Police surveillance has come a long way since Prohibition, when Roy Olmstead, once the youngest and most promising lieutenant in the Seattle police force, organized the largest and most successful alcohol smuggling operations in the Pacific Northwest. He figured out a way to ship English liquor to Vancouver and then transport the contraband to Washington State. His thriving operation relied heavily on communication with smugglers, distributors and even officials by way of telephone. While this relatively new means of communication had led to his rise, ironically, it would also be the source of his downfall.
Olmstead v. United States was the first case in which the U.S. Supreme Court dealt with any type of electronic government surveillance in the face of the Fourth Amendment’s protection from unreasonable searches and seizures. Without a valid warrant, agents from the Prohibition bureau had wiretapped Olmstead’s phone from a neighboring building and, eventually, used the evidence that they collected to unravel Olmstead’s operation. The Supreme Court ruled that because the police intercepted Olmstead’s calls without trespassing into his home, there was no violation of the Fourth Amendment.
Almost a century after Olmstead, the way we live our lives has dramatically changed. Every day we transmit bits and pieces of information about ourselves into the ether. From Facebook and Google to Smartphones and GPSs, it seems almost impossible to keep anything private anymore.
Thus, one of the most challenging obstacles to the interpretation of the Fourth Amendment: How do we accommodate for new developments in technology? After all, considering the spectacular rate at which technology is advancing, tools which make gathering very specific information about any individual extremely easy are readily available. And, in the post-9/11 world, the government believes it has all the more reason to invade our privacy.
Last month, the Supreme Court in its 9-0 decision in United States v. Jones, addressed the issue of whether warrantless police use of GPS tracking devices to track our long-term moves constitutes a “search” within the meaning of the Fourth Amendment. Justice Antonin Scalia, writing the Court’s majority opinion, reasoned that warrantless attachment by the police of a GPS tracking unit to the car of Antoine Jones, the target of a narcotics investigation, constituted a physical invasion of an individual’s private property (a constitutionally protected area) and, therefore, amounted to a “search”. This was an application of Olmstead’s “trespass theory” of Fourth Amendment searches, which had largely fallen in to disuse over the years, as the Court had shifted towards a “reasonable expectation of privacy” test beginning in the 1960s.
This more recent test has proved to be somewhat malleable, allowing the Supreme Court considerable room to decide what is and what is not a “reasonable expectation of privacy.” But, in Justice Scalia’s mind, there is a glaring problem with the reasonable expectation of privacy test in a case like this: How is it possible to determine whether the Framers of the Constitution intended to protect us from intrusion by GPS tracking devices (or any other new technology, for that matter)?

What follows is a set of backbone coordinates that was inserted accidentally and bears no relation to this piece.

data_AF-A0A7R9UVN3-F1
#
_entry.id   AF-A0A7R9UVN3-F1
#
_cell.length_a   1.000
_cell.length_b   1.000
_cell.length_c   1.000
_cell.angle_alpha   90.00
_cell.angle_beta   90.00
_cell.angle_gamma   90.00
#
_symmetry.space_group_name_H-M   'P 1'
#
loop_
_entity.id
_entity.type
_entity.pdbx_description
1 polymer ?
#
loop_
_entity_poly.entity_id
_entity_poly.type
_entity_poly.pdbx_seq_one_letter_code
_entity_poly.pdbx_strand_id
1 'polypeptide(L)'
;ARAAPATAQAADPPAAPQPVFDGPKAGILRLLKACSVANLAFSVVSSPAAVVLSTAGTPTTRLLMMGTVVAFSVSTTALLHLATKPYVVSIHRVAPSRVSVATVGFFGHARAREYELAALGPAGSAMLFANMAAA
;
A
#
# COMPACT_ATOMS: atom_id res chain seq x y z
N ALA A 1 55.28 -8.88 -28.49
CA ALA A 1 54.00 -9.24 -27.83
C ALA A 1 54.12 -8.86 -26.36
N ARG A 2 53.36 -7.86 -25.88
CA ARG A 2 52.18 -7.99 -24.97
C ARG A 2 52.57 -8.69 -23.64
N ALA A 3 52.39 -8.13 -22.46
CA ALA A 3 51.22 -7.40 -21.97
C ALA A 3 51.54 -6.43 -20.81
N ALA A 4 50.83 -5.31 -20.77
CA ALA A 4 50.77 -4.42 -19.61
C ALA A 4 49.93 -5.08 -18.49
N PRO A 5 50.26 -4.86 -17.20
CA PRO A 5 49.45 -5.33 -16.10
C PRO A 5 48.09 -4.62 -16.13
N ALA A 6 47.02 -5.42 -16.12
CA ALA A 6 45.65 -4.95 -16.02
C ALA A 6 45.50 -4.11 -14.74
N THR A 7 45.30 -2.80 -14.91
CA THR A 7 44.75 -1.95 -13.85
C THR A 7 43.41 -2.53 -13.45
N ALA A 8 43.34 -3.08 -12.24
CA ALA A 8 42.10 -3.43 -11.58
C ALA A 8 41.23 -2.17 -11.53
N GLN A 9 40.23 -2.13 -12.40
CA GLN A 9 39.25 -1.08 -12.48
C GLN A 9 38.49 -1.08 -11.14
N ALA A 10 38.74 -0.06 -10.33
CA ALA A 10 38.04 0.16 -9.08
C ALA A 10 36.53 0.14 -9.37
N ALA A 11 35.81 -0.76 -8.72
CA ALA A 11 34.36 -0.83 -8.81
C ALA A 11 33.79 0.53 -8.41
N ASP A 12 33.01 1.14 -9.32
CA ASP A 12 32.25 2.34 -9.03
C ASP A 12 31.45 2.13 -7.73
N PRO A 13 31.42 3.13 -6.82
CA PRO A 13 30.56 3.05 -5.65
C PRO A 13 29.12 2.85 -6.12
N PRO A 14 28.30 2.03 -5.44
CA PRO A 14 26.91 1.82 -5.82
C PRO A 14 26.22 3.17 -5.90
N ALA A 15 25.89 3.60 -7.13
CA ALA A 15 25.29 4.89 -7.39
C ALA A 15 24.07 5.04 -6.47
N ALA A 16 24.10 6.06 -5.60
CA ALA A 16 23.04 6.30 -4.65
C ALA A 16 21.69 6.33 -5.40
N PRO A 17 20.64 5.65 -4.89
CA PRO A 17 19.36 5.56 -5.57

But what about GPS tracking devices that do not involve a physical trespass (i.e. built-in GPS systems)? Would such GPS tracking also amount to government searches? How long does the GPS tracking have to take place to be unconstitutional? The Supreme Court decided to leave these questions for another day.
Nevertheless, four members of the Court believed there was a need to address these questions. Speaking for them, Justice Samuel Alito reached the same result as the majority, but differed sharply with its reasoning and the fact that, after the Jones decision, we are inevitably left with more questions than answers. According to Justice Alito, there are numerous examples today for which a trespass would not be necessary to constitute a search in connection with to government surveillance. He pointed out, we think correctly, that the trespass involved in attaching a device to Jones’s car was a minor matter, and the outcome should not have hinged on such a technicality, but on the extent and nature of the surveillance, which can only be tested in terms of a “reasonable expectation of privacy”.
Furthermore, trying to impose an 18th century solution on a 21st century problem is an exercise in futility – it completely fails to address the underlying problem of the rapid encroachment of technology on our privacy. Justice Alito jokingly asked us to imagine a constable hiding in a coach in 1791 (the year the Fourteenth Amendment was ratified) in order to monitor its owner’s movements.
Turning once again to Roy Olmstead, who, after serving four years in prison, was granted a full presidential pardon in 1935, we note that his case spawned one of the most noteworthy dissenting opinions in judicial history. Though heavily criticized at the time, Justice Louis Brandeis’s dissent in Olmstead that eventually became the law:
[The Framers of the Constitution] sought to protect Americans in their beliefs, their thoughts, their emotions and their sensations. They conferred, as against the government, the right to be let alone—the most comprehensive of rights and the right most valued by civilized men. To protect that right, every unjustifiable intrusion by the government upon the privacy of the individual, whatever the means employed, must be deemed a violation of the Fourth Amendment.
Moving forward, we should only hope that, at least the judicial branch of our government never forgets.